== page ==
Adrian Frost, long-standing manager of Artemis Income, has invested overseas for a number of years. He favours the flexibility to invest in similar themes available to him in the UK, but often with better growth prospects. Alternatively, he likes companies that bring something completely different to the fund.

For example, he holds the American-Dutch Wolters Kluwer, which shares similarities to the UK’s Relx, and Nordea from Finland, which he thinks offers better value and growth than UK options. Finally, the Dutch-listed food and biochemicals company Corbion offers a unique opportunity not available in the UK.

Ben Whitmore, who manages the Jupiter Income fund, has also invested in overseas companies for many years. These investments have helped the fund’s returns in the past. He believes good value and often more robust companies can be found in an expanded global universe. For example, he holds Europe’s Airbus, which he thinks is on a stronger financial footing compared to Rolls Royce or UK airlines. He thinks this can also help reduce risk.

Marlborough Multi Cap Income manager Siddarth Chand Lall invests less overseas than some other managers. He favours smaller companies, which often make more of their earnings from the UK but are riskier than larger companies. To increase diversification, overseas investments include the Norwegian lower-cost exploration company Lundin rather than Royal Dutch Shell. Chand Lall feels it’s important the fund provides something different from other equity income funds.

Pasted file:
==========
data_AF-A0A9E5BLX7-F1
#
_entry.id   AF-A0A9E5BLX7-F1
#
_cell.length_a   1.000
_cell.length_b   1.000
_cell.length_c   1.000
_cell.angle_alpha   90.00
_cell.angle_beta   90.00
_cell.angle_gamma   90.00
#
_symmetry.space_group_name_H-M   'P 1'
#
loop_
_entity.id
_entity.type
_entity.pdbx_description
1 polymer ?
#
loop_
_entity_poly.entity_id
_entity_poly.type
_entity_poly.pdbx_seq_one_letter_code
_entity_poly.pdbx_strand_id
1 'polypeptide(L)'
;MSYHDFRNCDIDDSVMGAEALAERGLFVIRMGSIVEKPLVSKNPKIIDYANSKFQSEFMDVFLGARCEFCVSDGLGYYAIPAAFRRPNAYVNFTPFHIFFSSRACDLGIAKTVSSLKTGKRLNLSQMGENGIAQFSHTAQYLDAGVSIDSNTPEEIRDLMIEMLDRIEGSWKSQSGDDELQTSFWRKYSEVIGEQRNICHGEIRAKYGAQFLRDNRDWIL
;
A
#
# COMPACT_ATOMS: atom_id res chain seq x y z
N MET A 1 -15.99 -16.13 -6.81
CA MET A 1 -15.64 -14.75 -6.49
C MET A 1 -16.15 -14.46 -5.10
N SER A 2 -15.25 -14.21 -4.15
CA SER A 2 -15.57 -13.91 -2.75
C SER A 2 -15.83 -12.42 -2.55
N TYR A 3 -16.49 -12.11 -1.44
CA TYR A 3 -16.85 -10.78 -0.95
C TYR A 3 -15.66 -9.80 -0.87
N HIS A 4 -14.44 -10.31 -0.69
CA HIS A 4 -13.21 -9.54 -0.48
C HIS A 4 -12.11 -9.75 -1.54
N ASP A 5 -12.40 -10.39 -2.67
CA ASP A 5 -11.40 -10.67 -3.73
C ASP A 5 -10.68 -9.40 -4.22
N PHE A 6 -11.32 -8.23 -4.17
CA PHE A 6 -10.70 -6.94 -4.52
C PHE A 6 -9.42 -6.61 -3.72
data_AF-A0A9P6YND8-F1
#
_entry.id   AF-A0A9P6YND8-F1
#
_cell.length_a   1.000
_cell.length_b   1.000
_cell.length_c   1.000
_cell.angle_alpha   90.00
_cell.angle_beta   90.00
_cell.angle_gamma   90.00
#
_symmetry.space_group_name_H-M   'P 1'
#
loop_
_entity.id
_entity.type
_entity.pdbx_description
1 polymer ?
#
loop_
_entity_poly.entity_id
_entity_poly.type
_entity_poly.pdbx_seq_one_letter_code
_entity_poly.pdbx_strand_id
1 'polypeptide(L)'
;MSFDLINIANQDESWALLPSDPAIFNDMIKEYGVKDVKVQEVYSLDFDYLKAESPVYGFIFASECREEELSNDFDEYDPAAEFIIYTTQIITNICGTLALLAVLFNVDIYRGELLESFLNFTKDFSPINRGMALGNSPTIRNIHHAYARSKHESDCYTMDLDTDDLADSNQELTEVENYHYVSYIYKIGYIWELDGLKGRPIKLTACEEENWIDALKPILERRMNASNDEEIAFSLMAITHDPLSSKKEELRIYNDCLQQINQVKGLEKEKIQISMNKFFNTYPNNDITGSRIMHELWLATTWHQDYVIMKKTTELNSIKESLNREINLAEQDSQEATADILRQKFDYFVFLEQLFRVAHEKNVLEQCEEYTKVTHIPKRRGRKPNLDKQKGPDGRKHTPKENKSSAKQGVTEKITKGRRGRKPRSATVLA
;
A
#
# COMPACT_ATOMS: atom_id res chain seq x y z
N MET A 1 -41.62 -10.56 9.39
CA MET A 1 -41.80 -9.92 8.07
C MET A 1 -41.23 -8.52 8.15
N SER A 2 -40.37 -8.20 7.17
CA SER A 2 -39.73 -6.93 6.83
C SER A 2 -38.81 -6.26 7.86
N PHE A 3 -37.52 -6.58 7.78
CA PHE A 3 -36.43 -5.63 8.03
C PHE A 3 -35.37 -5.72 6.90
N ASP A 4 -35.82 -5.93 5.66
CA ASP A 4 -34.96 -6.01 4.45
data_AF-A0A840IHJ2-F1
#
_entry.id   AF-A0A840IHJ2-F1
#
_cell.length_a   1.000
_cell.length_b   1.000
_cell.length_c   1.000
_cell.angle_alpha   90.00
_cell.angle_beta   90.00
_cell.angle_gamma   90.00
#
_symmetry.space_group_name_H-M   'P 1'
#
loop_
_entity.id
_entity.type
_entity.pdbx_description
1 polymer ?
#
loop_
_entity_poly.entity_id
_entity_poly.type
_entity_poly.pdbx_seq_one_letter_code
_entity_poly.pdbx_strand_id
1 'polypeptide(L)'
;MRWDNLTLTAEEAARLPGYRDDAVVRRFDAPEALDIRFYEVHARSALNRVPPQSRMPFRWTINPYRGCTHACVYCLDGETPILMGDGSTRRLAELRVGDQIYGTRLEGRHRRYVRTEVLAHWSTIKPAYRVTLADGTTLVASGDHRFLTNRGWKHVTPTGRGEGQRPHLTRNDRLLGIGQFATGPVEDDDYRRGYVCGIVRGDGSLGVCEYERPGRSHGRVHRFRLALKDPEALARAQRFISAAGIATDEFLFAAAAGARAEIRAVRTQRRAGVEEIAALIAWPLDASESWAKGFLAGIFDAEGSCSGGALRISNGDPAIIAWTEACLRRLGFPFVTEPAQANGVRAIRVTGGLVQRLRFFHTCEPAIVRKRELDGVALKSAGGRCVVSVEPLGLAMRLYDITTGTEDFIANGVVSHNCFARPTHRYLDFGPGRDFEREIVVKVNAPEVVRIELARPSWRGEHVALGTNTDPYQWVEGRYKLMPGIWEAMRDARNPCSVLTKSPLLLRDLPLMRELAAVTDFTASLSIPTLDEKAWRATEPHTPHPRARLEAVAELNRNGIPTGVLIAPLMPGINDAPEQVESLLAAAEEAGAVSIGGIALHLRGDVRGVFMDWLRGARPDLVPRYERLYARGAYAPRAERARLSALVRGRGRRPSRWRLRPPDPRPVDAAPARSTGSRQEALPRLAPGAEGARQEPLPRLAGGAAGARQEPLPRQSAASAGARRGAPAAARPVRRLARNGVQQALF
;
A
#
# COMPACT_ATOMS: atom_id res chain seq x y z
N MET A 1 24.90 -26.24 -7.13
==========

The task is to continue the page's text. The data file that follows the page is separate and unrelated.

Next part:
Not all managers agree though. Chris Murphy, who manages the Aviva UK Listed Equity Income fund, believes investors choose UK equity income funds to invest in the UK, not to rely on how well overseas shares do. UK companies also already make a large portion of their earnings overseas, so he feels it’s unnecessary to invest in other parts of the world.

Richard Colwell, who manages the Threadneedle UK Equity Income fund, also avoids overseas companies. Like Murphy, he believes investors choose a UK fund for investment in UK companies. This is where their expertise lies, and they feel there’s plenty of opportunity and choice in the UK.

Colwell also highlights the attractive valuations of UK shares against overseas ones, especially US shares. For example, he thinks consumer goods company Unilever, which has a long history of paying dividends, looks better value than a similar overseas company, Procter & Gamble.

You can find out more about a fund’s risks in their Key Investor Information Documents available on our website.

Remember, past performance isn’t a guide to future returns. All investments can rise as well as fall in value, so you could get back less than you invest.

What should investors take from this?

There’s no right answer on the case for looking overseas as a UK equity income fund. As you can see, our Wealth Shortlist managers all have different views and reasons for or against. We expect that though and think it’s healthy. It’s important that investors hold funds with a number of different investment styles. That way you could always have something doing well.

All of the managers have a clear focus on investing in only the very best UK income opportunities, and all invest at least 80% in the UK. Without compromising this philosophy, we think it’s sensible that selective overseas investment is considered if it fits with the manager’s strengths. If done well this can increase returns and diversification, while also reducing risk.

Investing in funds isn’t right for everyone. Investors should only invest if the investment’s objectives are aligned with their own and there’s a specific need for the type of investment being made. Investors should understand the specific risks of a fund before they invest and make sure any new investment forms part of a diversified portfolio.

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    Important notes

    This article isn’t personal advice. If you’re not sure whether an investment is right for you please seek advice. If you choose to invest the value of your investment will rise and fall, so you could get back less than you put in.